1408 Reviews

  • Reassuringly old-school gothic.

    Owen Gleiberman — Entertainment Weekly

  • A Stephen King short story is adapted and brought to the screen in 1408, more psychological thriller than outright horror.

    Jeannette Catsoulis — New York Times

  • Unpretentious and effective.

    Peter Bradshaw — Guardian [UK]

  • A faithful and creepy adaptation of [King's] 2002 short story.

    Scott Bowles — USA Today

  • Listen up, all you Hostels, Saws and other purveyors of bloody terror. Lay down your whips, chain saws and paring knives to watch a truly scary movie.

    Desson Thomson — Washington Post

  • The problem with this movie is that it feels too much like a joke rather than a true work of suspense.

    Wesley Morris — Boston Globe

  • The horror wouldn't work without Cusack, who makes what could have been a rote acting exercise -- Be tough! Now angry! Now defensively funny! -- a cathartic ritual instead.

    Robert Wilonsky — Village Voice

  • In this mix of recycled scares and half-hearted twists, the only real fright is the sight of an interesting actor wasting his talents in yet another mediocre movie.

    Elizabeth Weitzman — New York Daily News

  • A psychologically thrilling movie that leaves you gasping in the end.

    Desiree Belmarez — Denver Post

  • All the suspense and shock depends on [Cusack's] performance, how he reacts from minute to minute, and he does a terrific job under Mikael Hafstrom's direction.

    Teresa Budasi — Chicago Sun-Times

  • It's a good, solid scare picture, modestly scaled but well-crafted. And unlike certain other horror items on offer right now, this one doesn't make you feel like a psycho-in-training for sitting through it.

    Michael Phillips — Chicago Tribune

  • Adapted from a Stephen King story, this trite but watchable chiller plays like a scaled-down version of The Shining, with Cusack driven over the edge by hallucinations of his abusive father and dead daughter.

    J. R. Jones — Chicago Reader

  • An entertainingly hairy paranormal affair based on a King short story, 1408 sets up its star -- and its audience -- for a blood-curdling, bone-chilling night of horror.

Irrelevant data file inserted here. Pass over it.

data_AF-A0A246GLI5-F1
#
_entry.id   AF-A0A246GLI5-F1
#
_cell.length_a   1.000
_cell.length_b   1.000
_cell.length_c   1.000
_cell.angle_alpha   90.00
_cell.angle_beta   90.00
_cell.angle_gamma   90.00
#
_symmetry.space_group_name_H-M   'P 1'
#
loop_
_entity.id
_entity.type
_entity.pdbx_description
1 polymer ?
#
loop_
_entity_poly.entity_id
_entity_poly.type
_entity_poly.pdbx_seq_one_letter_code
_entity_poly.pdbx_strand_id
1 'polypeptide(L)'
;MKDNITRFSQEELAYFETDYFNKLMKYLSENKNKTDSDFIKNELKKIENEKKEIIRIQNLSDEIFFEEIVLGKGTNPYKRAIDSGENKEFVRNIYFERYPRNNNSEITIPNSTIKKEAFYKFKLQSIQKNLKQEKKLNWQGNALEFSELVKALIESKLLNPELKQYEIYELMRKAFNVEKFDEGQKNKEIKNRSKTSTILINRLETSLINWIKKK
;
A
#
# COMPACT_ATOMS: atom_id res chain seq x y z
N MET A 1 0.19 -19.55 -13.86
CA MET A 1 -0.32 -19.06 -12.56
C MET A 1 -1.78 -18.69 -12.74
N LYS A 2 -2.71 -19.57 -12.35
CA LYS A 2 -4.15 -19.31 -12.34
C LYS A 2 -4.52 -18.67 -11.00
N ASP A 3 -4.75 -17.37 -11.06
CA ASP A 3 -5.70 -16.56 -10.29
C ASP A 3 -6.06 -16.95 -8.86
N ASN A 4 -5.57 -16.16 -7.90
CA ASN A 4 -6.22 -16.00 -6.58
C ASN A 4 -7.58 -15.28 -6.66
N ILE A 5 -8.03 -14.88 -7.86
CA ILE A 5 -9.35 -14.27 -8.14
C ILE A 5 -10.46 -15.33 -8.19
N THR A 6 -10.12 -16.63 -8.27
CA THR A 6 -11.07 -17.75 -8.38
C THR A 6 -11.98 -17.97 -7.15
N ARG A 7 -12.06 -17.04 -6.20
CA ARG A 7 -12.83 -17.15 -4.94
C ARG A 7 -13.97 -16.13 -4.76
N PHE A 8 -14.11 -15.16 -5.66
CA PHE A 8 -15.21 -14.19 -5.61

Steven Rea — Philadelphia Inquirer

  • John Cusack is virtually a one-man show in the claustrophobically chilling 1408.

    Colin Covert — Minneapolis Star Tribune

  • The story features some surprises, and director Mikael Hafstrom adds realism by bypassing computer graphics for practical effects. Add in the natural fear of being trapped in tight spaces and you have a can't-miss formula for horror and suspense.

    Bill Muller — Arizona Republic

  • Regardless of how long you last in 1408, the logic to which you are entitled never comes.

    Rex Reed — New York Observer

  • Refuses to embrace the fashionable elements of torture porn that are currently cutting a bloody swath through the horror genre, relying largely on psychological terror to impart the sense of someone possibly going mad, and taking the viewer along.

    John Anderson — Variety

  • If I ever check into a hotel room and the clock radio is playing the Carpenters, I'm going to freak out.

    Kyle Smith — New York Post

  • Quaint or not, this King adaptation chills, and may have you Googling the next hotel you're scheduled to check into, room by room.

    Roger Moore — Orlando Sentinel

  • Even as haunted hotel King movies go, 1408 is certainly no Shining. Not even the TV-movie version.

    Rob Salem — Toronto Star

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